Bakersfield’s Colby Lewis overcame long odds, such as Tommy John surgery at the age of 16, to have a lengthy pitching career in professional baseball. His list of accomplishments are plentiful, and include a winning outing for the Texas Rangers in the 2010 World Series.
Lewis will be inducted into the Bob Elias Kern County Sports Hall of Fame on Feb. 21 at the Marriott Hotel. He will be joined by former Garces High and Tehachapi football coach Gary Oglivie, longtime high school tennis coach Frank Thiessen, and former Wasco track and field coach Andy Darby.
“It’s definitely humbling to be a part of the hall with all the people I think made just a huge impact in the community,” said Lewis, who still lives in Bakersfield. “It’s pretty humbling to be next to the names on that wall (in the Rabobank Arena display area).
“I’m very, very honored. Just blessed to have had the gift to play baseball and play at the level like I did, and have the life I did and the family I do. I never thought anything like this would come from it.”
That improbable journey started when his mother would not allow him to play football, only baseball.
“My dad played football and blew out both his knees and my mom said I wasn’t going to walk around the house like dad did,” Lewis said.
But baseball had its pitfalls as well. Lewis had to undergo Tommy John surgery after his junior year at North High, forcing him to forgo his senior season.
That turned out to be just a small bump in the road for Lewis, who enrolled at Bakersfield College and came into his own as a sophomore when he struck out 108 amd earned first-team Western State Conference honors.
“I grew two-and-a-half inches out of high school, grew into my body and became a man,” said the 6-foot-4 Lewis.
More importantly, the hard-throwing right hander drew the attention of Major League Baseball and was drafted 38th overall by the Texas Rangers in 1999.
“That was quite the experience going through the whole process," Lewis said. “I’m glad I got to enjoy that. I was at my grandparents house to get on the computer to see where I was drafted.”
But it was hardly an instant success story for Lewis. He struggled in his first stint in the major leagues while playing for four different organizations, thrived for two years in Japan, and finished strong back in the states with the Rangers. He also battled through a variety of significant injuries during his career.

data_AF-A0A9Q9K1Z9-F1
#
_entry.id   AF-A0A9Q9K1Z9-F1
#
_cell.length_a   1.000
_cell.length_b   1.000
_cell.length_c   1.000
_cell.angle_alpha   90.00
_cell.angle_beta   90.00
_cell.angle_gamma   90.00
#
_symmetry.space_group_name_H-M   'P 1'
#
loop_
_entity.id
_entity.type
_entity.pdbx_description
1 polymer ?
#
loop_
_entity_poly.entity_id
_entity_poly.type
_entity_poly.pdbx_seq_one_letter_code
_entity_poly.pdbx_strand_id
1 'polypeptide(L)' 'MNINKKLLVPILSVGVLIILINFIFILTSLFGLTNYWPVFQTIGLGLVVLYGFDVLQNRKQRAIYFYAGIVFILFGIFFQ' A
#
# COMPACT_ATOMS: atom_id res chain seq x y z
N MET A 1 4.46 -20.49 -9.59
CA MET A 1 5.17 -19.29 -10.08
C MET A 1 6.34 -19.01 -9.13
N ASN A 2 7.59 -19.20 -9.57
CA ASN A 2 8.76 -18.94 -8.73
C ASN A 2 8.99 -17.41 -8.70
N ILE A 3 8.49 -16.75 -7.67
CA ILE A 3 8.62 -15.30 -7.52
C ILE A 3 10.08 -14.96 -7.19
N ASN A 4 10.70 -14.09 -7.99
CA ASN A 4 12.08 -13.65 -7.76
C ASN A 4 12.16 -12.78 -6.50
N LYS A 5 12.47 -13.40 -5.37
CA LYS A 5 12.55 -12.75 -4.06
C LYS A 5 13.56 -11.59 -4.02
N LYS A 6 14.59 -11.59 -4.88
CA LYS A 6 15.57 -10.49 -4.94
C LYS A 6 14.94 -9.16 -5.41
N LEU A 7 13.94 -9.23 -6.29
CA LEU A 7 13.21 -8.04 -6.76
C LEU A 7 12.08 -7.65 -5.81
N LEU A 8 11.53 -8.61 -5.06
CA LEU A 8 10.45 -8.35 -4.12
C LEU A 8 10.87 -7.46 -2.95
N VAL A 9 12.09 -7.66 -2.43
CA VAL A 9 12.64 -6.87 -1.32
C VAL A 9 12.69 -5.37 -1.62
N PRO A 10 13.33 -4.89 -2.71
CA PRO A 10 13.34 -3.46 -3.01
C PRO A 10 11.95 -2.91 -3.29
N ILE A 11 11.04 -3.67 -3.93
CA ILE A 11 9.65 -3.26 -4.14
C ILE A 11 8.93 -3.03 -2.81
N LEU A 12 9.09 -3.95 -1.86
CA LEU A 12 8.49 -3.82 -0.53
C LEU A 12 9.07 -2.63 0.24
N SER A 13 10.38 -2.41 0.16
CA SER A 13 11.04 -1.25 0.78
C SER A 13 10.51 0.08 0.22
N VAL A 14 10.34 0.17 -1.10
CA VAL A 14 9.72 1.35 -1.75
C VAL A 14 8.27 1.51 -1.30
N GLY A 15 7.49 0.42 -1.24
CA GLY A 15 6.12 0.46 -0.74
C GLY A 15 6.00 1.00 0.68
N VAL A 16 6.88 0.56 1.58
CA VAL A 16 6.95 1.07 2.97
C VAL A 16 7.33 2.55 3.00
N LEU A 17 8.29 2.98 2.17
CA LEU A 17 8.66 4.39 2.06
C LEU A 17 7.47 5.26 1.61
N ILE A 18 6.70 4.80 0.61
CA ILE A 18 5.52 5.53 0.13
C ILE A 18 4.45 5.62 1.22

Among those was rotator cuff surgery in 2004 which forced him to miss all of the 2005 season, a torn flexor tendon in his right elbow during the 2012 season, and then bone spurs (and subsequent surgery) which sidelined him the entire 2013 season.
“I just worked hard, just grinding through all the injuries, that’s for sure,” Lewis said.
After a disappointing start to his career, Lewis decided to give the Japan League a try and it was there he rediscovered his form and confidence.
With his family staying with him during two seasons there, he racked up 15 wins in 2008 and led the league in strikeouts during the 2008 and 2009 seasons.
“I went to Japan knowing how much money and how much stability I was actually going to have, plus I knew the type of atmosphere I would be in," Lewis said. "I fell into a nice rhythm. I think that’s the pitcher I always envisioned myself to be.”
Lewis said the sole purpose of heading to Japan was to enjoy the game and support his family.
“My son, Cade, was a year old and I felt I had to do something for my family. I figured I could enjoy my time and make as much money as I could. I love baseball and I was getting to play the game I loved," Lewis said.
“I didn’t go over there with expectations to prove myself and get back to the United States and I think that helped me. In my younger days I felt I stressed and worried too much and over there I just relaxed.”
Lewis was prepared to end his playing career in Japan but the Rangers came calling once again. Lewis signed a two-year deal with the Rangers in 2010 and pitched the Rangers to a Game 3 victory over San Francisco during the 2010 World Series.
“Going through that World Series was a highlight of my career, that’s for sure,” he said. “For all my family to be there and enjoy it was a true highlight.”
Lewis finished his playing career with the Rangers in 2016 and was named special assistant to the general manager in 2017, a position he still holds.
As for the person who helped him most throughout his career, Lewis didn’t hesitate.
“I think marrying my wife, Jenny, (in November 2003) helped me,” he said. “She just solidified everything. She kept me from doing anything dumb. All I wanted to do was get home and be around her. She is a huge part of my life. I think she was the biggest impact to drive me to recover from injuries and then having a family to support.”